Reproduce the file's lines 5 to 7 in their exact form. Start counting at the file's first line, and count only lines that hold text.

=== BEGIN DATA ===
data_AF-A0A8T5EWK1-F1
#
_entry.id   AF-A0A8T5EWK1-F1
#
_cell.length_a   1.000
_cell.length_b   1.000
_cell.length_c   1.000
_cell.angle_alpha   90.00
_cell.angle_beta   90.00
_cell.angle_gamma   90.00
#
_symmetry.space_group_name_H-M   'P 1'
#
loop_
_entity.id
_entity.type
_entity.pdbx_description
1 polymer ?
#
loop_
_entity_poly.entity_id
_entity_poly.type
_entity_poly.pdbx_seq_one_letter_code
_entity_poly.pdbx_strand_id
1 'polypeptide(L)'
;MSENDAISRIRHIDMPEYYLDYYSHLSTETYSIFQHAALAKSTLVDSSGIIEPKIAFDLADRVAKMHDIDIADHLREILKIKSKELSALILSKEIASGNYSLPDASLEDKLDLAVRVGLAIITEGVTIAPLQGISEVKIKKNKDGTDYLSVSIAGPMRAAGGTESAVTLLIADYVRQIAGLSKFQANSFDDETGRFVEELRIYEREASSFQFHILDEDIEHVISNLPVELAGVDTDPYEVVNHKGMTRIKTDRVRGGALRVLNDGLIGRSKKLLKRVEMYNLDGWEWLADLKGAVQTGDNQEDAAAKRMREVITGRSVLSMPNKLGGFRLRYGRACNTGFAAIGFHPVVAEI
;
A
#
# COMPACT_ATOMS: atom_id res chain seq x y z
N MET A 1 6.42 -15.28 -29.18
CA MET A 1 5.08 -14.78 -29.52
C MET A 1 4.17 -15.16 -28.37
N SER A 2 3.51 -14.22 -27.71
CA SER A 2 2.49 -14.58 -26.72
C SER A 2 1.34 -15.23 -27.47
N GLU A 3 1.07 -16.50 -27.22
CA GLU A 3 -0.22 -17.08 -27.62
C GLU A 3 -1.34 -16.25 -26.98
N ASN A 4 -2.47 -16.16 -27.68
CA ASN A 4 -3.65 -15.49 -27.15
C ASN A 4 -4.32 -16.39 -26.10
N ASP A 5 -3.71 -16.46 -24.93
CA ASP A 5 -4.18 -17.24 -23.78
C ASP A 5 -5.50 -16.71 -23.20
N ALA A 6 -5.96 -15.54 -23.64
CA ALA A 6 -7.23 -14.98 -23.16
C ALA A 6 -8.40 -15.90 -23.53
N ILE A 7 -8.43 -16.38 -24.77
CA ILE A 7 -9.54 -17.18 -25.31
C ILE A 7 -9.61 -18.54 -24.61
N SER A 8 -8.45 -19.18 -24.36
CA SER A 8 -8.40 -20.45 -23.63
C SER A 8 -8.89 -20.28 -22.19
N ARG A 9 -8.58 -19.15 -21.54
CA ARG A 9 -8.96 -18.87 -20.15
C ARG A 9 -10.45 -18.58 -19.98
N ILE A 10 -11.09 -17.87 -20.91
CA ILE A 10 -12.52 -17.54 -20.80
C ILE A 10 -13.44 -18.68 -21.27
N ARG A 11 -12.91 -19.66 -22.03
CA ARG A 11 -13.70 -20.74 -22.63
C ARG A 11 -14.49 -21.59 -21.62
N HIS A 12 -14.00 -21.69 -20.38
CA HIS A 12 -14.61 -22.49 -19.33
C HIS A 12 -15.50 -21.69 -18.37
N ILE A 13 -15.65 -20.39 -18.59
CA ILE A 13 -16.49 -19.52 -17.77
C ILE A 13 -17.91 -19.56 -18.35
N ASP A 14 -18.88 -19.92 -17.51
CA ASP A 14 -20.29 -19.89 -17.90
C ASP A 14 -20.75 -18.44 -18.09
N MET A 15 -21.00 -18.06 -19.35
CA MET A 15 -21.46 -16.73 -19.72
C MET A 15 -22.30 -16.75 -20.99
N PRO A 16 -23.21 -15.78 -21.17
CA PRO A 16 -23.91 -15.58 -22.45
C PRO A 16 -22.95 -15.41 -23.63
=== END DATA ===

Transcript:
_cell.length_a   1.000
_cell.length_b   1.000
_cell.length_c   1.000